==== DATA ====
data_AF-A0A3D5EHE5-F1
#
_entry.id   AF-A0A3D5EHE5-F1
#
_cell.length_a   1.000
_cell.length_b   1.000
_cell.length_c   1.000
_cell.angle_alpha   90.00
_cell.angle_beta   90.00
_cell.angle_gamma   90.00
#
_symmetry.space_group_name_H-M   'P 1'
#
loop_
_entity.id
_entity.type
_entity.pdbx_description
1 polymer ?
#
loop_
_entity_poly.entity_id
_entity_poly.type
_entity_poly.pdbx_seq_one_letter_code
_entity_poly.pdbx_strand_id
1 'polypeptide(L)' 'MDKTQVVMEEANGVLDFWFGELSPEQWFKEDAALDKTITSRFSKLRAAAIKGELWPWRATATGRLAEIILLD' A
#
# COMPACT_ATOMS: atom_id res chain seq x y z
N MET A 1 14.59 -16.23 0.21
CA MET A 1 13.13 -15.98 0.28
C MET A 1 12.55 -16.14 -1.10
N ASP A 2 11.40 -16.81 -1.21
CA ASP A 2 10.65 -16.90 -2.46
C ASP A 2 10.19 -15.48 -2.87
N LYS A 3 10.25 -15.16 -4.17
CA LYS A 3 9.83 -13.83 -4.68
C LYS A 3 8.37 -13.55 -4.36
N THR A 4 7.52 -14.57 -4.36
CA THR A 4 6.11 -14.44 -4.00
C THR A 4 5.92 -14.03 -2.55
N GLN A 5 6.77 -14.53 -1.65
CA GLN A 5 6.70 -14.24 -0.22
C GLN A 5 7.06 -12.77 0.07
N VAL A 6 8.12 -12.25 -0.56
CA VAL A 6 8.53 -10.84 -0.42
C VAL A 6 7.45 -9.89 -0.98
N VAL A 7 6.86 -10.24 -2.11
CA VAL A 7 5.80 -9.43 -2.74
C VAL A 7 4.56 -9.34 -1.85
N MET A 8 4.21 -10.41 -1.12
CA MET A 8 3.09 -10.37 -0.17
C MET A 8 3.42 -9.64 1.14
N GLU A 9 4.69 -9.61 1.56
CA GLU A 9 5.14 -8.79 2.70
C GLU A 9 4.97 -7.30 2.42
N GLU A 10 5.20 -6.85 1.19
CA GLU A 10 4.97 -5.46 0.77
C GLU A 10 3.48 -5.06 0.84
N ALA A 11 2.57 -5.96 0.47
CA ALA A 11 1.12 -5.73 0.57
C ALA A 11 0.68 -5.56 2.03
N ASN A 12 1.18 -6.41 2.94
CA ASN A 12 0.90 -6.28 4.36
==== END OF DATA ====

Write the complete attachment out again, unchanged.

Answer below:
data_AF-A0A3D5EHE5-F1
#
_entry.id   AF-A0A3D5EHE5-F1
#
_cell.length_a   1.000
_cell.length_b   1.000
_cell.length_c   1.000
_cell.angle_alpha   90.00
_cell.angle_beta   90.00
_cell.angle_gamma   90.00
#
_symmetry.space_group_name_H-M   'P 1'
#
loop_
_entity.id
_entity.type
_entity.pdbx_description
1 polymer ?
#
loop_
_entity_poly.entity_id
_entity_poly.type
_entity_poly.pdbx_seq_one_letter_code
_entity_poly.pdbx_strand_id
1 'polypeptide(L)' 'MDKTQVVMEEANGVLDFWFGELSPEQWFKEDAALDKTITSRFSKLRAAAIKGELWPWRATATGRLAEIILLD' A
#
# COMPACT_ATOMS: atom_id res chain seq x y z
N MET A 1 14.59 -16.23 0.21
CA MET A 1 13.13 -15.98 0.28
C MET A 1 12.55 -16.14 -1.10
N ASP A 2 11.40 -16.81 -1.21
CA ASP A 2 10.65 -16.90 -2.46
C ASP A 2 10.19 -15.48 -2.87
N LYS A 3 10.25 -15.16 -4.17
CA LYS A 3 9.83 -13.83 -4.68
C LYS A 3 8.37 -13.55 -4.36
N THR A 4 7.52 -14.57 -4.36
CA THR A 4 6.11 -14.44 -4.00
C THR A 4 5.92 -14.03 -2.55
N GLN A 5 6.77 -14.53 -1.65
CA GLN A 5 6.70 -14.24 -0.22
C GLN A 5 7.06 -12.77 0.07
N VAL A 6 8.12 -12.25 -0.56
CA VAL A 6 8.53 -10.84 -0.42
C VAL A 6 7.45 -9.89 -0.98
N VAL A 7 6.86 -10.24 -2.11
CA VAL A 7 5.80 -9.43 -2.74
C VAL A 7 4.56 -9.34 -1.85
N MET A 8 4.21 -10.41 -1.12
CA MET A 8 3.09 -10.37 -0.17
C MET A 8 3.42 -9.64 1.14
N GLU A 9 4.69 -9.61 1.56
CA GLU A 9 5.14 -8.79 2.70
C GLU A 9 4.97 -7.30 2.42
N GLU A 10 5.20 -6.85 1.19
CA GLU A 10 4.97 -5.46 0.77
C GLU A 10 3.48 -5.06 0.84
N ALA A 11 2.57 -5.96 0.47
CA ALA A 11 1.12 -5.73 0.57
C ALA A 11 0.68 -5.56 2.03
N ASN A 12 1.18 -6.41 2.94
CA ASN A 12 0.90 -6.28 4.36